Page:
Distributing naloxone to heroin users to use to reverse overdose may be a cost-effective strategy to reduce overdose-related mortality. Opioid overdose is a leading cause of accidental death in the United States and accounts for half of the mortality among heroin users. Naloxone is a short-acting opioid antagonist that can reverse opioid overdose.
Researchers developed computer models to estimate the cost-effectiveness of distributing naloxone to heroin users for use at witnessed overdoses. In the simulation, researchers compared the cost-effectiveness of distributing naloxone to 20 percent of heroin users with no distribution. Cost-effectiveness was expressed in terms of costs, quality-adjusted life-years (QALY), and incremental costs per QALY gained.
The researchers found that naloxone distribution prevented 6.5 percent of all overdose deaths for each 20 percent of heroin users that received a naloxone kit, or one overdose death would be prevented for every 164 naloxone kits distributed. The computer model suggests that the death prevention effect was greater among younger heroin users.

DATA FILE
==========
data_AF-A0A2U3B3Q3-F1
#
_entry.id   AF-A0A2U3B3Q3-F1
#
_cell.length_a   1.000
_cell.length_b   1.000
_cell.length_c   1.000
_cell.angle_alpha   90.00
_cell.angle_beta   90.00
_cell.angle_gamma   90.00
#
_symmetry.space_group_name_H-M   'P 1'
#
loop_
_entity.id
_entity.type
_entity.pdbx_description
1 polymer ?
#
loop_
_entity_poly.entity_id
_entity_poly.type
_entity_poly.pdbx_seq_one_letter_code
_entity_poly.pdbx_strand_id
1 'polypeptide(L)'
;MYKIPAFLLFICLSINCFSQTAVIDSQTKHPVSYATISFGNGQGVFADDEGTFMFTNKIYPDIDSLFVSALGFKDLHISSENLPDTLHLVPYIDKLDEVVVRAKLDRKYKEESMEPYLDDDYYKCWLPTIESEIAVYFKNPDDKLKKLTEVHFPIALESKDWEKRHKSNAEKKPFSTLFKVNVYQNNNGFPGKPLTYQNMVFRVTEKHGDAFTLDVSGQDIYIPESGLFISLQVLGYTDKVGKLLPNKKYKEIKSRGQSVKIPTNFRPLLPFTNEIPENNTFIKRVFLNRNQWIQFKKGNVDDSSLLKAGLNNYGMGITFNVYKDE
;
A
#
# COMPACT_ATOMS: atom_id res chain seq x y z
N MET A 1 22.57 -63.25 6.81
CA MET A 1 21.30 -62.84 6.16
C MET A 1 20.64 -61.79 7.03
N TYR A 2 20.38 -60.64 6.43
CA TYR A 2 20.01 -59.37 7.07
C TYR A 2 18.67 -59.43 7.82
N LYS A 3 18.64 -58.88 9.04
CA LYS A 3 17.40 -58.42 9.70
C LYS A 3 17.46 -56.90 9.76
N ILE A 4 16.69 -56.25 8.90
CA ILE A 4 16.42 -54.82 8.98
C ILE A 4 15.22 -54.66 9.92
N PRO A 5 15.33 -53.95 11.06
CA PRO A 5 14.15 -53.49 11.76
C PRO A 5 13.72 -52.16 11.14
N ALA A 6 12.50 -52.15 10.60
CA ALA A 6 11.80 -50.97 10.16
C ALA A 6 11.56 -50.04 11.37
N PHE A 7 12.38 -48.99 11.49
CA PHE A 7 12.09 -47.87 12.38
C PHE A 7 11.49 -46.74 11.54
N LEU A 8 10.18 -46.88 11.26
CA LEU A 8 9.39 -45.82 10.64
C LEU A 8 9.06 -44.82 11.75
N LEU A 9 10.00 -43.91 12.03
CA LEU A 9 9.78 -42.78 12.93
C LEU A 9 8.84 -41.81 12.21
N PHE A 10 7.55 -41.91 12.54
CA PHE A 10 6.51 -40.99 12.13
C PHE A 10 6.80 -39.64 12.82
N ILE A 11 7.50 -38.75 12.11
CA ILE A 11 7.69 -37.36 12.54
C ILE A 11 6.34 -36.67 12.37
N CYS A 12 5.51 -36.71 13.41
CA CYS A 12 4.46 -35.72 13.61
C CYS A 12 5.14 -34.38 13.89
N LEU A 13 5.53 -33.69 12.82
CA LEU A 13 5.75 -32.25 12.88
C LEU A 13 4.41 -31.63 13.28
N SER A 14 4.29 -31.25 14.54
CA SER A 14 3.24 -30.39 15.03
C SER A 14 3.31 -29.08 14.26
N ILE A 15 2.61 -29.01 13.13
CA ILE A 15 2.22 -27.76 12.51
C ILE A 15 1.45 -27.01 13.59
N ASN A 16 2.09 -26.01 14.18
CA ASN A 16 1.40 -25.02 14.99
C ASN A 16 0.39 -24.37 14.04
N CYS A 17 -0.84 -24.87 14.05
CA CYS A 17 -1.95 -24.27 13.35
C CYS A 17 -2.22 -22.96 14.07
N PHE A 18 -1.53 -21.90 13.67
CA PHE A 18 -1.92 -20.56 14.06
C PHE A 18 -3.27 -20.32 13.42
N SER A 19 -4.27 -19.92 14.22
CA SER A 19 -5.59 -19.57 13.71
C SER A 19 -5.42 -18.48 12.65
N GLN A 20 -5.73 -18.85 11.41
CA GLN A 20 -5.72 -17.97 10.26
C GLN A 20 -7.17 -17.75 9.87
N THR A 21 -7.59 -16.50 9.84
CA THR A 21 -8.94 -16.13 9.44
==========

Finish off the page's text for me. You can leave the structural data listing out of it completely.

According to the authors of an accompanying editorial, naloxone use is limited in the lay population because the U.S. Food and Drug Administration has yet to approve a formulation of naloxone that can be delivered without injection.
According to the authors, making naloxone available to prevent overdose deaths should be a priority, but taking steps to prevent opioid dependence is also an important issue that should not be overlooked.
Cost-Effectiveness of Distributing Naloxone to Heroin Users for Lay Overdose Reversal, Phillip O. Coffin, MD; and Sean D. Sullivan, PhD, Annals of Internal Medicine, 1 January 2013;158(1):1-9